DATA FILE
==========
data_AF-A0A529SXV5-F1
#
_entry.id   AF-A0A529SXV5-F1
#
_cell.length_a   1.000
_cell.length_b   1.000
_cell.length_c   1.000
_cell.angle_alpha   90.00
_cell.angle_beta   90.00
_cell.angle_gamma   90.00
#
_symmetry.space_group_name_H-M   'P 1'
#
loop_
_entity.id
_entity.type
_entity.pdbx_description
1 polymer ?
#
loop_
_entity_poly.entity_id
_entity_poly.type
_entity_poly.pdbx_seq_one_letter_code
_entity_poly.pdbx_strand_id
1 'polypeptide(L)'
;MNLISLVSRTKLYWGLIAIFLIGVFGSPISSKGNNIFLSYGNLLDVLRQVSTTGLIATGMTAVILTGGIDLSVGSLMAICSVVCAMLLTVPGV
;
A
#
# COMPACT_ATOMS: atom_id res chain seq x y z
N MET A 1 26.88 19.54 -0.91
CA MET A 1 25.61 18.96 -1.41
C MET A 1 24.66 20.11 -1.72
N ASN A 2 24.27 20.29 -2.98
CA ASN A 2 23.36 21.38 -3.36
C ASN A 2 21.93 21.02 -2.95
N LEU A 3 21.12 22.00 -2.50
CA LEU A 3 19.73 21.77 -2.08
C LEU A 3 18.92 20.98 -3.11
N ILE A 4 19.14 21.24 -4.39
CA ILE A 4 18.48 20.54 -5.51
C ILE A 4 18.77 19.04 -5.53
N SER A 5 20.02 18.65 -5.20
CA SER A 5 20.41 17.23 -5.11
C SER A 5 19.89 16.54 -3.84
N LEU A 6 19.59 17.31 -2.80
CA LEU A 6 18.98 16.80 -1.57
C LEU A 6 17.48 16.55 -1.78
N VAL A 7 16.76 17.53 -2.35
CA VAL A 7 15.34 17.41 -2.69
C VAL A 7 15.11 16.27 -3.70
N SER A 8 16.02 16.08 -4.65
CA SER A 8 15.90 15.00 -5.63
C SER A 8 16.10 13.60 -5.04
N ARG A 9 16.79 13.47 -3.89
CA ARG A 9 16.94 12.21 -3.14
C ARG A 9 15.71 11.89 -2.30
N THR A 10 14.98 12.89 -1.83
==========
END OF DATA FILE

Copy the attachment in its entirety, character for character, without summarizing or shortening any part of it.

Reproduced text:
data_AF-A0A529SXV5-F1
#
_entry.id   AF-A0A529SXV5-F1
#
_cell.length_a   1.000
_cell.length_b   1.000
_cell.length_c   1.000
_cell.angle_alpha   90.00
_cell.angle_beta   90.00
_cell.angle_gamma   90.00
#
_symmetry.space_group_name_H-M   'P 1'
#
loop_
_entity.id
_entity.type
_entity.pdbx_description
1 polymer ?
#
loop_
_entity_poly.entity_id
_entity_poly.type
_entity_poly.pdbx_seq_one_letter_code
_entity_poly.pdbx_strand_id
1 'polypeptide(L)'
;MNLISLVSRTKLYWGLIAIFLIGVFGSPISSKGNNIFLSYGNLLDVLRQVSTTGLIATGMTAVILTGGIDLSVGSLMAICSVVCAMLLTVPGV
;
A
#
# COMPACT_ATOMS: atom_id res chain seq x y z
N MET A 1 26.88 19.54 -0.91
CA MET A 1 25.61 18.96 -1.41
C MET A 1 24.66 20.11 -1.72
N ASN A 2 24.27 20.29 -2.98
CA ASN A 2 23.36 21.38 -3.36
C ASN A 2 21.93 21.02 -2.95
N LEU A 3 21.12 22.00 -2.50
CA LEU A 3 19.73 21.77 -2.08
C LEU A 3 18.92 20.98 -3.11
N ILE A 4 19.14 21.24 -4.39
CA ILE A 4 18.48 20.54 -5.51
C ILE A 4 18.77 19.04 -5.53
N SER A 5 20.02 18.65 -5.20
CA SER A 5 20.41 17.23 -5.11
C SER A 5 19.89 16.54 -3.84
N LEU A 6 19.59 17.31 -2.80
CA LEU A 6 18.98 16.80 -1.57
C LEU A 6 17.48 16.55 -1.78
N VAL A 7 16.76 17.53 -2.35
CA VAL A 7 15.34 17.41 -2.69
C VAL A 7 15.11 16.27 -3.70
N SER A 8 16.02 16.08 -4.65
CA SER A 8 15.90 15.00 -5.63
C SER A 8 16.10 13.60 -5.04
N ARG A 9 16.79 13.47 -3.89
CA ARG A 9 16.94 12.21 -3.14
C ARG A 9 15.71 11.89 -2.30
N THR A 10 14.98 12.89 -1.83